“Riding through History: Exploring Clarke County’s Colonial Roads”
On exhibit at Long Branch Plantation through spring then to the Clarke County Historical Society in Berryville, Virginia.
Arriving at last to Long Branch off-season in sun and bitter cold, it’s warm and quiet in the big house, like school out for the holidays tended by docents. They are art historians, very young in Shetland sweaters and Carhartt overalls, just in from tending the horses, tousled with manure and snow on their small boots
Following my GPS, I got lost on the way shooting off 340 later than advised. But stopping for historical markers I would have missed, I ended up trundling across train tracks, and Old Chapel Road, dropping down into Browntown sunken and cinder, its banks humped higher than the car following the remains of a stone wall, like a row of cairns now, flickering in the shaggy ceder treeline.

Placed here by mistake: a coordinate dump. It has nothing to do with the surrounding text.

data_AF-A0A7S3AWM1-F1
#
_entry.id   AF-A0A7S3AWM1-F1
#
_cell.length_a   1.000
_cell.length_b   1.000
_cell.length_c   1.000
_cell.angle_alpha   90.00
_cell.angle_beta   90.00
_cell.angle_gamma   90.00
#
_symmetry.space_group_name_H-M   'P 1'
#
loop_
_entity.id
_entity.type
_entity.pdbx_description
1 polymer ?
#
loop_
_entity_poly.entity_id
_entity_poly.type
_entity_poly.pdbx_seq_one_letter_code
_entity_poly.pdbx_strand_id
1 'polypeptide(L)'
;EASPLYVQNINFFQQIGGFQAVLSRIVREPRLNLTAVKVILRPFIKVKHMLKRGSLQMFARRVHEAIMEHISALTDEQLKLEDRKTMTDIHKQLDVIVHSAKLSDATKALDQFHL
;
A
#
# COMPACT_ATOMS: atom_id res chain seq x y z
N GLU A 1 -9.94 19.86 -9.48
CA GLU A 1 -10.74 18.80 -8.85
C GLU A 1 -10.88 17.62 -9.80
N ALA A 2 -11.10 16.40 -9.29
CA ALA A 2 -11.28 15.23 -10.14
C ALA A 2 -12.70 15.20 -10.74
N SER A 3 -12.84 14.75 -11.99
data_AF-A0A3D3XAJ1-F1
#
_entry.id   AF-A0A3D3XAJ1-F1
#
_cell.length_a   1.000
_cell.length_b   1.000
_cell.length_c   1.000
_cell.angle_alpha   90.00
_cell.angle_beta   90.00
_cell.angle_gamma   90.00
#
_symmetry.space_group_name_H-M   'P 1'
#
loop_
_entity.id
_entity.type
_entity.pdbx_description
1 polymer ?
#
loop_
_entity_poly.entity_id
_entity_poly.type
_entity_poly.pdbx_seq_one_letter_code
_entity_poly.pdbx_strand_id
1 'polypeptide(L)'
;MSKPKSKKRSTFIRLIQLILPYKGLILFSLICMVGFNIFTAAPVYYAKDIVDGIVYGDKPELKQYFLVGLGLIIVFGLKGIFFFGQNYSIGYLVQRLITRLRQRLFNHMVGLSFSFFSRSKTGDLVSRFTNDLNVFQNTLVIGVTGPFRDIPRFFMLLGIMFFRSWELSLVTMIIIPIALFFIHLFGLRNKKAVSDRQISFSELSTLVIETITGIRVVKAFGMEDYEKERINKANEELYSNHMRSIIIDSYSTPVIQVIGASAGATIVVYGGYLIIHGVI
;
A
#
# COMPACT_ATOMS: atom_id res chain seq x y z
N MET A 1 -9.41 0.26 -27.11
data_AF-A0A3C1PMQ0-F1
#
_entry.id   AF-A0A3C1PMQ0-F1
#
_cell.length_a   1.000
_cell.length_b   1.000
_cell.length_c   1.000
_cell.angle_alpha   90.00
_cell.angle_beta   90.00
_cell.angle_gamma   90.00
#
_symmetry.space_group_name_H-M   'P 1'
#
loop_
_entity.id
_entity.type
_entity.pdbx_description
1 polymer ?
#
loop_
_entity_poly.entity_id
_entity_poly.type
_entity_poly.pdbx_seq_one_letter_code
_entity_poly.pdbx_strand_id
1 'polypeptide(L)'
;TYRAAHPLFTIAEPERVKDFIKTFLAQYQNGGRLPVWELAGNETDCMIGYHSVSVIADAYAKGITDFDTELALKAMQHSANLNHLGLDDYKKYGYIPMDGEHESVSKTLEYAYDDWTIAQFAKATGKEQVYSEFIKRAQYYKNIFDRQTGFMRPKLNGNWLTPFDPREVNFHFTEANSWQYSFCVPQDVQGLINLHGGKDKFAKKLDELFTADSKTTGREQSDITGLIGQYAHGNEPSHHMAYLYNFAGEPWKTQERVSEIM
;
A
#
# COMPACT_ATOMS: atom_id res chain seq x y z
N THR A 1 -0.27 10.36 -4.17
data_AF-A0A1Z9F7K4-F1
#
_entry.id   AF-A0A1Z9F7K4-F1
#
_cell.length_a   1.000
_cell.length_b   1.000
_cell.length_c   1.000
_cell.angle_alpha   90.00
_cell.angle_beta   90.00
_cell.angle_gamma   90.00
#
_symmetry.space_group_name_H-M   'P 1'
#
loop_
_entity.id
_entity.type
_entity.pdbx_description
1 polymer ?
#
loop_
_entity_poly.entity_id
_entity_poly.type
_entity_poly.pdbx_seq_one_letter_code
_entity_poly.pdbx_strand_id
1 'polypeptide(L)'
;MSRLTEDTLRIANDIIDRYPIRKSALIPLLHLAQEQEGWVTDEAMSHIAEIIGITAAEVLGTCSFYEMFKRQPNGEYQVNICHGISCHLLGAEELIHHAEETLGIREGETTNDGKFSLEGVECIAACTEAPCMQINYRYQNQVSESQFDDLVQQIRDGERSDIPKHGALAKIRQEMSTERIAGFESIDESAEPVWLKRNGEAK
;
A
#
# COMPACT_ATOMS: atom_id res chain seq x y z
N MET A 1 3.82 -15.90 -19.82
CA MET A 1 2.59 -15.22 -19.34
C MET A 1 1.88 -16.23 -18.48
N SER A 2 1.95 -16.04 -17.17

The Long Branch exhibit is called “Riding through History: Exploring Clarke’s Colonial Roads,” co-curated by historian and equestrian (considered the Father of Equine Sports Medicine) Matthew Mackay-Smith, the Clarke County Historical Association, and Long Branch Plantation.
A scholarly, accessible collection describing Clarke County’s old (‘archaic’ says the exhibit) roads – carved first by European men on horseback who flowed across the fields and rivers, and up the forested flanks of the Blue Ridge seeking easy passage to lands west. Apt, the exhibit at Long Branch, a house that remembers those roads – owes its existence to them, in a small, elegant room full of windows and light, facing the hills.
Its evocative writing (“at last scouts had found a gap in the seemingly impenetrable mountains…”) and multimedia: Snicker’s Gap Turnpike Lottery announcements, toll rates, (horse and rider 4 cents, a score of cattle or a phaeton, 12), and advice about ‘How to Spot an Old Road,’ made me gaze out the tall, old windows and their wobbly glass west to Blandy across the dazzling snow and empty fields.